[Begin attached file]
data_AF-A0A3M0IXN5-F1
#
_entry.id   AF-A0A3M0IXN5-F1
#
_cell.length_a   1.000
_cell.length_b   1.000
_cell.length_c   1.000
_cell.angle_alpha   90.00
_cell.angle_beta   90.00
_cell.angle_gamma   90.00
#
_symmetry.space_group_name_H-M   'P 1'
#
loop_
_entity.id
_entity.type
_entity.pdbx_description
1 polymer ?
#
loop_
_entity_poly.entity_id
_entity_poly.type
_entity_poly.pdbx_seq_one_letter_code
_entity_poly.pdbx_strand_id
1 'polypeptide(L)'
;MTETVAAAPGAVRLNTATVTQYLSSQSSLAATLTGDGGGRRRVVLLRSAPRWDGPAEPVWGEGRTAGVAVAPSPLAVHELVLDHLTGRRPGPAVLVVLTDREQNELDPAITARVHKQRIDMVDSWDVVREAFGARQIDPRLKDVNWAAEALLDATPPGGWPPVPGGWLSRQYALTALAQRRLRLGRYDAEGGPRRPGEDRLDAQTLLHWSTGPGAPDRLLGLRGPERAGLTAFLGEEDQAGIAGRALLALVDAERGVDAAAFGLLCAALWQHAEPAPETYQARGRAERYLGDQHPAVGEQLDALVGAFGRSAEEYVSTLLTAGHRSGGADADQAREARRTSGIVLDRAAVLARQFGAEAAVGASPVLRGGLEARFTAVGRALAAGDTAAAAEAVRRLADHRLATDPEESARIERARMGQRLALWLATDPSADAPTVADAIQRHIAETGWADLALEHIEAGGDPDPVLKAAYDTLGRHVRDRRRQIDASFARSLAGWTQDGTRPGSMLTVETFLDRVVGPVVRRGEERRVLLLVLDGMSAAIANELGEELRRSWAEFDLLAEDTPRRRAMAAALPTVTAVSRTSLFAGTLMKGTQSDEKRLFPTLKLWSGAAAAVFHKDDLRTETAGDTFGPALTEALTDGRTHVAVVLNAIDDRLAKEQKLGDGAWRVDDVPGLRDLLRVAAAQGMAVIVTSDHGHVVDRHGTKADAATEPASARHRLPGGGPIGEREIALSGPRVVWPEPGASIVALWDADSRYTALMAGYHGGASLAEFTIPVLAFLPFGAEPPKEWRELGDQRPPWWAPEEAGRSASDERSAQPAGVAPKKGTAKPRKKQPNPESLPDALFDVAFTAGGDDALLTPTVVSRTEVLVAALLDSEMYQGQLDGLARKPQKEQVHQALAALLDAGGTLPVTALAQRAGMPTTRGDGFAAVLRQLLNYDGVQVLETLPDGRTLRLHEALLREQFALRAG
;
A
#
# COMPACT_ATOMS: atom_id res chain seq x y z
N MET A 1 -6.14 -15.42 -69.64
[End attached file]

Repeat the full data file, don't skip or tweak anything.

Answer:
data_AF-A0A3M0IXN5-F1
#
_entry.id   AF-A0A3M0IXN5-F1
#
_cell.length_a   1.000
_cell.length_b   1.000
_cell.length_c   1.000
_cell.angle_alpha   90.00
_cell.angle_beta   90.00
_cell.angle_gamma   90.00
#
_symmetry.space_group_name_H-M   'P 1'
#
loop_
_entity.id
_entity.type
_entity.pdbx_description
1 polymer ?
#
loop_
_entity_poly.entity_id
_entity_poly.type
_entity_poly.pdbx_seq_one_letter_code
_entity_poly.pdbx_strand_id
1 'polypeptide(L)'
;MTETVAAAPGAVRLNTATVTQYLSSQSSLAATLTGDGGGRRRVVLLRSAPRWDGPAEPVWGEGRTAGVAVAPSPLAVHELVLDHLTGRRPGPAVLVVLTDREQNELDPAITARVHKQRIDMVDSWDVVREAFGARQIDPRLKDVNWAAEALLDATPPGGWPPVPGGWLSRQYALTALAQRRLRLGRYDAEGGPRRPGEDRLDAQTLLHWSTGPGAPDRLLGLRGPERAGLTAFLGEEDQAGIAGRALLALVDAERGVDAAAFGLLCAALWQHAEPAPETYQARGRAERYLGDQHPAVGEQLDALVGAFGRSAEEYVSTLLTAGHRSGGADADQAREARRTSGIVLDRAAVLARQFGAEAAVGASPVLRGGLEARFTAVGRALAAGDTAAAAEAVRRLADHRLATDPEESARIERARMGQRLALWLATDPSADAPTVADAIQRHIAETGWADLALEHIEAGGDPDPVLKAAYDTLGRHVRDRRRQIDASFARSLAGWTQDGTRPGSMLTVETFLDRVVGPVVRRGEERRVLLLVLDGMSAAIANELGEELRRSWAEFDLLAEDTPRRRAMAAALPTVTAVSRTSLFAGTLMKGTQSDEKRLFPTLKLWSGAAAAVFHKDDLRTETAGDTFGPALTEALTDGRTHVAVVLNAIDDRLAKEQKLGDGAWRVDDVPGLRDLLRVAAAQGMAVIVTSDHGHVVDRHGTKADAATEPASARHRLPGGGPIGEREIALSGPRVVWPEPGASIVALWDADSRYTALMAGYHGGASLAEFTIPVLAFLPFGAEPPKEWRELGDQRPPWWAPEEAGRSASDERSAQPAGVAPKKGTAKPRKKQPNPESLPDALFDVAFTAGGDDALLTPTVVSRTEVLVAALLDSEMYQGQLDGLARKPQKEQVHQALAALLDAGGTLPVTALAQRAGMPTTRGDGFAAVLRQLLNYDGVQVLETLPDGRTLRLHEALLREQFALRAG
;
A
#
# COMPACT_ATOMS: atom_id res chain seq x y z
N MET A 1 -6.14 -15.42 -69.64